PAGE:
• Instructional software:  Moodle, an open source learning management system, was selected as the cornerstone of Reed's courseware toolkit.  Several CIS departments collaborated to customize and enhance the Moodle interface and develop linkages between Moodle,  IRIS, CONTENTdm and other tools. Support has been improved for specialized academic software such as statistics packages, GIS programs, bibliographic tools, and the custom-developed PopBio simulation software. A web-based repository of academic software has been implemented.
  • Digital media: CIS has collaborated with the Library to provide digital audio and video content distribution via iTunes University.
  • Instructional resources: CUS partnered with A/V Services to deploy projection equipment to roughly 85% of all Reed classrooms. Response time to classroom equipment problems has been substantially reduced while the frequency of such problems has also been reduced .   Wireless network access was added to teaching spaces for biology labs, theatre, and dance rehearsal. CIS collaborated with the Library and other departments to enhance academic resources such as the Foreign Language Lab, electronic reserves, and the Quantitative Skills Center.
  • Staffing: A digital media specialist position was created to increase support for instructional uses of digital images, audio and video. A half-FTE instructional technologist position was created to provide support for faculty and student Moodle users.  The goal of providing reliable programmer support (either outsourced or provided in-house) has not been adequately addressed.  This goal will be carried over to the next 5-year cycle.
8. Student services and student life
  • Web applications: Web applications have been developed to facilitate operations such as the Housing Lottery, tracking of student support and advising, coordination of student events, and a student employment system for advertising and filling on-campus and work-study jobs.  A web-based system has been developed to enable incoming students to complete their Getting Started and Orientation forms electronically.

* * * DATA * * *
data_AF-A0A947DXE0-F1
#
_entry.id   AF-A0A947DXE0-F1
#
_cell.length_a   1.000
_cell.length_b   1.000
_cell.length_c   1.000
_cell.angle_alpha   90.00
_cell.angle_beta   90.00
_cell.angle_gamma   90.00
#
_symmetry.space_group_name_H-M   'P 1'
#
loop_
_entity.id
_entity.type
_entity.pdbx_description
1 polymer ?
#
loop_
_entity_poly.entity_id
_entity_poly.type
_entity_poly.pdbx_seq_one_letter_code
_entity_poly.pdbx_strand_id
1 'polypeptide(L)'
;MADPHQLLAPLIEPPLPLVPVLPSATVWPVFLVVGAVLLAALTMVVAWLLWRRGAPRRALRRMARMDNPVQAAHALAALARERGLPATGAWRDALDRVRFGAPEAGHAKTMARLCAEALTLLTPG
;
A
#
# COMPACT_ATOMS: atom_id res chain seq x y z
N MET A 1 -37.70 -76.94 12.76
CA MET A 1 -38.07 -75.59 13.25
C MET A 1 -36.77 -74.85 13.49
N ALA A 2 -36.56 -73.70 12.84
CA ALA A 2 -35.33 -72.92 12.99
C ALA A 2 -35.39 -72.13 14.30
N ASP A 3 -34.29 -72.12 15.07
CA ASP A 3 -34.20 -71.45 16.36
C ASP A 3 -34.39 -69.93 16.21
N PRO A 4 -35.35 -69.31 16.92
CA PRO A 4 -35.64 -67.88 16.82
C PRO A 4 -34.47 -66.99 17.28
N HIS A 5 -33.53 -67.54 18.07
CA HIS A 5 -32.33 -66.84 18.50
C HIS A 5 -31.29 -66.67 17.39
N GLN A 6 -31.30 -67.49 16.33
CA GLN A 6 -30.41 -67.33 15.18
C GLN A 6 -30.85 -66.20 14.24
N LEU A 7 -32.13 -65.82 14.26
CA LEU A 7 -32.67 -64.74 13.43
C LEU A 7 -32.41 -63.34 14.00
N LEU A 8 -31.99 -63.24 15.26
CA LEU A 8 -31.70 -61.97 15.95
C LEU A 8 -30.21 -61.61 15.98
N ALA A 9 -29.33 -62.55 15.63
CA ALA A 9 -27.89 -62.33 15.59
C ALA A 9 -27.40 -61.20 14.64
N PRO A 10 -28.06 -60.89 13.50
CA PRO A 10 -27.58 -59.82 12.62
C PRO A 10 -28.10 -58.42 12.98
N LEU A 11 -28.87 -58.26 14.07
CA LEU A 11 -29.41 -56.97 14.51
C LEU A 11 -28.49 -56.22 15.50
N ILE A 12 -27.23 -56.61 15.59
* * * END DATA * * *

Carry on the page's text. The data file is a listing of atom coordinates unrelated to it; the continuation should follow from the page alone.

• One-Card:   One-Card access has been expanded to include most college buildings and labs, many interior spaces, and the new residence halls.  A system has been created to manage selected building and lab access based on a student's course enrollment.  Card readers can now remain in service even if communication to the central server fails due to a power outage or other problem.
  • Network services:  Wireless network access is now available in all residence halls.  A new print management system was installed to provide more reliable printing services in residence halls.  CIS is investigating affordable and secure ways to improve bandwidth for recreational uses.
  • Policies:  CIS worked with the Computing Policy Committee and Student Senate to establish policies and strategies to promote and support legal peer to peer (P2P) file sharing and to discourage illegal P2P activities.
  • Data management:  CIS is working Community Safety, the Health & Counseling Center, and Academic Advising to establish new systems and strategies for managing incident reports, vehicle and bicycle registrations, health records, student appointments, and other information.
9. Planning, development, and collaboration
  • Tools:  A variety of faculty and staff teams are using Moodle as a repository for project materials, planning, and collaboration.  Web sites for the Dean of Faculty, Honor Council, and Guidebook to Reed have been created to provide access to community governance materials.
10. End-user support
  • Academic:  CUS has started to provide more one-on-one technology support for faculty, including annual preventive maintenance visits to faculty and academic support staff offices.
  • Administrative:  ACS has reallocated one programming position to full-time end-user support in order to respond more quickly and effectively to staff who are experiencing desktop computer problems.